The Attorney-General appealed against a sentence of six years imposed for several prohibited firearms possession offences. The defendant was looking after items which he understood to be illegal, but whose exact nature he did not know. He had been sentenced as a ‘minder’, not an armourer.
Held: The sentence was unduly lenient, and was increased to 8 years. The court decried the complexity of the sentencing provisions and said: ‘the effect of statute in the vast majority of cases of possession of a firearm and ammunition is that the range of sentence available to the judge is very limited. Subject to possible consecutive sentences (which we shall address shortly) the range is between 5 years and 10 years’ imprisonment, and in the event of a guilty plea to an appropriately reduced discount from the maximum of 10 years’ imprisonment. This leaves remarkably little room for case-specific flexibility. The question for decision is whether the restriction on the range of sentences can properly be circumvented in situations like this, where the offender was found in possession of more than one gun, or, and no less important, a combination of guns and appropriate ammunition for use with them which came in to his possession on a single occasion and which were kept hidden and were found in the same hiding place, by an order for consecutive sentences.’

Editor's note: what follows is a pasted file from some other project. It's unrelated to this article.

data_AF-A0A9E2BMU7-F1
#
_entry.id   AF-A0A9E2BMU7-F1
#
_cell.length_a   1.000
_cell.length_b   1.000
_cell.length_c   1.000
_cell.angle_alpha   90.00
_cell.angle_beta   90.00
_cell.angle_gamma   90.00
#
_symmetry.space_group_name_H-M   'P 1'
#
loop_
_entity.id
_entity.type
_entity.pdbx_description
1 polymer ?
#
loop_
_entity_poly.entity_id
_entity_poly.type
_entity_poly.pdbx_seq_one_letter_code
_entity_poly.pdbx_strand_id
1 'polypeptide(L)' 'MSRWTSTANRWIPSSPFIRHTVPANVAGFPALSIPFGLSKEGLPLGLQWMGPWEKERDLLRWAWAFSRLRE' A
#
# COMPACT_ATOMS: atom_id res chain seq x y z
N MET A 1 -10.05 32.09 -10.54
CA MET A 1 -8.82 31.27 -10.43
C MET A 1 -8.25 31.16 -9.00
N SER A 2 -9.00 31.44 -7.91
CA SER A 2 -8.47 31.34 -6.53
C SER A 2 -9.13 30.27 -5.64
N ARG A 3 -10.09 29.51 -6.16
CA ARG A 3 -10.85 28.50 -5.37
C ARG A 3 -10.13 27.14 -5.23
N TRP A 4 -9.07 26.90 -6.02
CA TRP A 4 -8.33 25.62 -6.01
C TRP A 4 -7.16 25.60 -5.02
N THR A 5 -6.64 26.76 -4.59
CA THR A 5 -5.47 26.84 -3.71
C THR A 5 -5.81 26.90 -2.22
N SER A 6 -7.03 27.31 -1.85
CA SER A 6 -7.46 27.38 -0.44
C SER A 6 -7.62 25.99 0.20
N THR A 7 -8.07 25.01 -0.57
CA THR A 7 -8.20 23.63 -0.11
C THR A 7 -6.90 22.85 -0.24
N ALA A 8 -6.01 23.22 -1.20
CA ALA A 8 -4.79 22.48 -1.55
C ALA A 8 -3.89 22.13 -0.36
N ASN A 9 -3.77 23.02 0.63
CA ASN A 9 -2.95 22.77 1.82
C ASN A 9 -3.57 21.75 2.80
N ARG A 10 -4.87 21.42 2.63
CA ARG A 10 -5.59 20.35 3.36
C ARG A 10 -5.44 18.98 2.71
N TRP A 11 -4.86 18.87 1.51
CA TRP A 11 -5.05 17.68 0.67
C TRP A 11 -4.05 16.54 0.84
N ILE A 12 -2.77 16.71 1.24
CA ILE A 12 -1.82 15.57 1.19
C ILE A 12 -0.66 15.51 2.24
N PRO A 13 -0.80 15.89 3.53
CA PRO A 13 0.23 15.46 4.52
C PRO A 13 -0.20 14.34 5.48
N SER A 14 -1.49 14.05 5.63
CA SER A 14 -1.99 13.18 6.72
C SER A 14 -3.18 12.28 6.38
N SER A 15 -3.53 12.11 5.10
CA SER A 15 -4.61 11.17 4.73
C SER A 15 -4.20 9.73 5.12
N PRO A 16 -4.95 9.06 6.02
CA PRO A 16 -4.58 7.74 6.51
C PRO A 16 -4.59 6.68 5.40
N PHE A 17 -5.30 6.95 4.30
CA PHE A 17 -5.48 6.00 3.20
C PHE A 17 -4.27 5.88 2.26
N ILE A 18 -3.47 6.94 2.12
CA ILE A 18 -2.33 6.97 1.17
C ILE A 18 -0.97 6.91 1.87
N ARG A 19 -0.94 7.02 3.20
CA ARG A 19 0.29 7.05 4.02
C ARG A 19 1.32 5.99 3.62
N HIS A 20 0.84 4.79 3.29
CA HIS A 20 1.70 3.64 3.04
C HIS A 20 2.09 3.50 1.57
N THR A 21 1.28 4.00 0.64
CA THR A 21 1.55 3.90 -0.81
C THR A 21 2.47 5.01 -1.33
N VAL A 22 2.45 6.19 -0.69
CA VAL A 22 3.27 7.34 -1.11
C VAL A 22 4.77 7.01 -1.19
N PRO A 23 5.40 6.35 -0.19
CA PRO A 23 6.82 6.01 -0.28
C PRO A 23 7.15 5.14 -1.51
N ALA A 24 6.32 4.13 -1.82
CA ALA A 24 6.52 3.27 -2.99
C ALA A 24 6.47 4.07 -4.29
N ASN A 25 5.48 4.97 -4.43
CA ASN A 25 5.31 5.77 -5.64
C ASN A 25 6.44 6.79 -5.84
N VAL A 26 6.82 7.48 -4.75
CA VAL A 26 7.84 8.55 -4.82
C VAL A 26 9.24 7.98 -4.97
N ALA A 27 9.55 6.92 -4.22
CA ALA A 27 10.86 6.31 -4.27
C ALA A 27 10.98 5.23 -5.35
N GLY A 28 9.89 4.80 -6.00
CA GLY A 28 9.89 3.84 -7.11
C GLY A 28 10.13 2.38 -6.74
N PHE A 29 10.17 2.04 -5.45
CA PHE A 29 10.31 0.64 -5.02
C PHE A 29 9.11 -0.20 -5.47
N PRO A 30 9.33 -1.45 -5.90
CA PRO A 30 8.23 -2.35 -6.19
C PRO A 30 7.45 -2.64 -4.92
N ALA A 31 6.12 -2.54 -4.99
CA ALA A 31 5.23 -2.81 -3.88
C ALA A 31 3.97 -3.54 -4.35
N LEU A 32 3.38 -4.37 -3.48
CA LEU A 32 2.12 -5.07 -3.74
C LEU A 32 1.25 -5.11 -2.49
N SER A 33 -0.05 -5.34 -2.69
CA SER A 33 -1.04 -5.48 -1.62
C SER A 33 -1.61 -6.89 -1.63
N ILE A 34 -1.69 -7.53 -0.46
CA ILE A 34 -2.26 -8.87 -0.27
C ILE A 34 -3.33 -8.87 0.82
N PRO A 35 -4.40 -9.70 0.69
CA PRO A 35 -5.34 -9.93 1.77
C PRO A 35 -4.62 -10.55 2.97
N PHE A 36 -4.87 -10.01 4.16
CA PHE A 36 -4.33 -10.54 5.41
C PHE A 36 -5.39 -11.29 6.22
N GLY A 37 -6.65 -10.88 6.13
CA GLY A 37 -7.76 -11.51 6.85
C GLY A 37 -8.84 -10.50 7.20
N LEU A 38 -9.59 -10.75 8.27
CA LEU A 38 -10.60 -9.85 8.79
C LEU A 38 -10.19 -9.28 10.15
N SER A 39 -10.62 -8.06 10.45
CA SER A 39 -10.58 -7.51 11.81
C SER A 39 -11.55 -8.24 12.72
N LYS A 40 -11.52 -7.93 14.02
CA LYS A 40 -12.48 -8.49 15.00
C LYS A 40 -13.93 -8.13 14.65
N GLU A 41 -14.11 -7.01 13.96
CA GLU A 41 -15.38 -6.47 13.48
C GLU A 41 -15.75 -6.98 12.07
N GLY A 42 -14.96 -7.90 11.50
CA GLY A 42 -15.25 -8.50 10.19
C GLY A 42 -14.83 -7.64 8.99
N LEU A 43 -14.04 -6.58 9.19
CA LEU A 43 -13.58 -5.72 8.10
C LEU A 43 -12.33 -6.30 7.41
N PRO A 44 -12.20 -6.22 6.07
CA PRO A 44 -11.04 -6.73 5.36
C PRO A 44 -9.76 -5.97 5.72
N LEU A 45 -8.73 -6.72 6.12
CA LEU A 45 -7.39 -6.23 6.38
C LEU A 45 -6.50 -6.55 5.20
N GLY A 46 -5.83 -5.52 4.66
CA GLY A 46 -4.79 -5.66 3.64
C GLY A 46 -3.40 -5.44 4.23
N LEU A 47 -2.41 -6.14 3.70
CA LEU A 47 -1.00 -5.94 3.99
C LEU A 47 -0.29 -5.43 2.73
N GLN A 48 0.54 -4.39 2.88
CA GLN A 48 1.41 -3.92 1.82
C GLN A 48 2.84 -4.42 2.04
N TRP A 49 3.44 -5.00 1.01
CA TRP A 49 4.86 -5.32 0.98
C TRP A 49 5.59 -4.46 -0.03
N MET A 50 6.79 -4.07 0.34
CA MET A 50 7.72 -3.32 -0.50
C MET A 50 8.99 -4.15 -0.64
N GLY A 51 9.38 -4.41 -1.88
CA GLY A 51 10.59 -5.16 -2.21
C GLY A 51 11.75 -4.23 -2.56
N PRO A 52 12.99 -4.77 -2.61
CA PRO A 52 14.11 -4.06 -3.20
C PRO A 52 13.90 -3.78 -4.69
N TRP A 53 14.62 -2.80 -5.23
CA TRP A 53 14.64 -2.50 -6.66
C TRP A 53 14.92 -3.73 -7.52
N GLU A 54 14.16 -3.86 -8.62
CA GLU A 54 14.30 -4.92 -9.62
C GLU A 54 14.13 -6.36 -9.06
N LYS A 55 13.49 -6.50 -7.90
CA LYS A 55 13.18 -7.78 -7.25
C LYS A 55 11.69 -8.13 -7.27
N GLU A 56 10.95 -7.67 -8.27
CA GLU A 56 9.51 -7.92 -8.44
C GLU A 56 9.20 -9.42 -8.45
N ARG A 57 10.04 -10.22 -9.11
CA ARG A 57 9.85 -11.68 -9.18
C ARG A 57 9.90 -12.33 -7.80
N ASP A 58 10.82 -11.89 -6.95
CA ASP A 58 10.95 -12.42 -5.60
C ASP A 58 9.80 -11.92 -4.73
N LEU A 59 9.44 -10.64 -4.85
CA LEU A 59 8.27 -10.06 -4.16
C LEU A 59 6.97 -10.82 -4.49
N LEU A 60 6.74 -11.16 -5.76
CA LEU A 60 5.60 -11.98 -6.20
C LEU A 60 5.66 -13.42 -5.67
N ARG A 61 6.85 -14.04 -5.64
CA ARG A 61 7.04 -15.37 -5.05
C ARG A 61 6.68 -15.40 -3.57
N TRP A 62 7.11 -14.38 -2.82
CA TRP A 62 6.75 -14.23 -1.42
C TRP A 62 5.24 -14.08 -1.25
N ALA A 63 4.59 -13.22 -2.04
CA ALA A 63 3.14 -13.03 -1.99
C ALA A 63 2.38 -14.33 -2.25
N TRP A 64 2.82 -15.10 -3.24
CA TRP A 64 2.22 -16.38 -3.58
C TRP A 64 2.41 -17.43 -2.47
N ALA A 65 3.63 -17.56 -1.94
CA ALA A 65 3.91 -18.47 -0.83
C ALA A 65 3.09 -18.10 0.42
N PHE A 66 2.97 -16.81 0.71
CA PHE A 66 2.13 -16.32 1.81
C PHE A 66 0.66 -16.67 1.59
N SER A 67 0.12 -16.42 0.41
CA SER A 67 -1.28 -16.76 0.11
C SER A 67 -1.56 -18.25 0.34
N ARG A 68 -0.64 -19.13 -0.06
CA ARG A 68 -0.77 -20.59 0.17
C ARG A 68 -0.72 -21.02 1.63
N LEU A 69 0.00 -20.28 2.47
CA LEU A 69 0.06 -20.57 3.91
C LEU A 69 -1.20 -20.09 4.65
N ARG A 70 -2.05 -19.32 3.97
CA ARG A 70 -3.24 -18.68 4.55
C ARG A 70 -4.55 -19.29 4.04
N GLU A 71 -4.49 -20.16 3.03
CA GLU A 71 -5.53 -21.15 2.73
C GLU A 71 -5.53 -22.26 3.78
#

As to consecutive sentences: ‘Two long-standing general principles are engaged. The first principle is totality. The aggregate of the sentences must be appropriate to the offender’s criminality in the context of the available mitigation. Second, consecutive terms should not normally be imposed for offences which arise out of the same incident or transaction.’
 2 Cr App Rep (S) 30,  Crim LR 318,  EWCA Crim 2555
Firearms Act 1968 5(1)(a)
England and Wales
Cited – Regina v Jordan and others CACD 2005
A minimum sentence imposed by statute is not to be subject to any discount for a guilty plea. . .
These lists may be incomplete.
Updated: 23 March 2021; Ref: scu.381737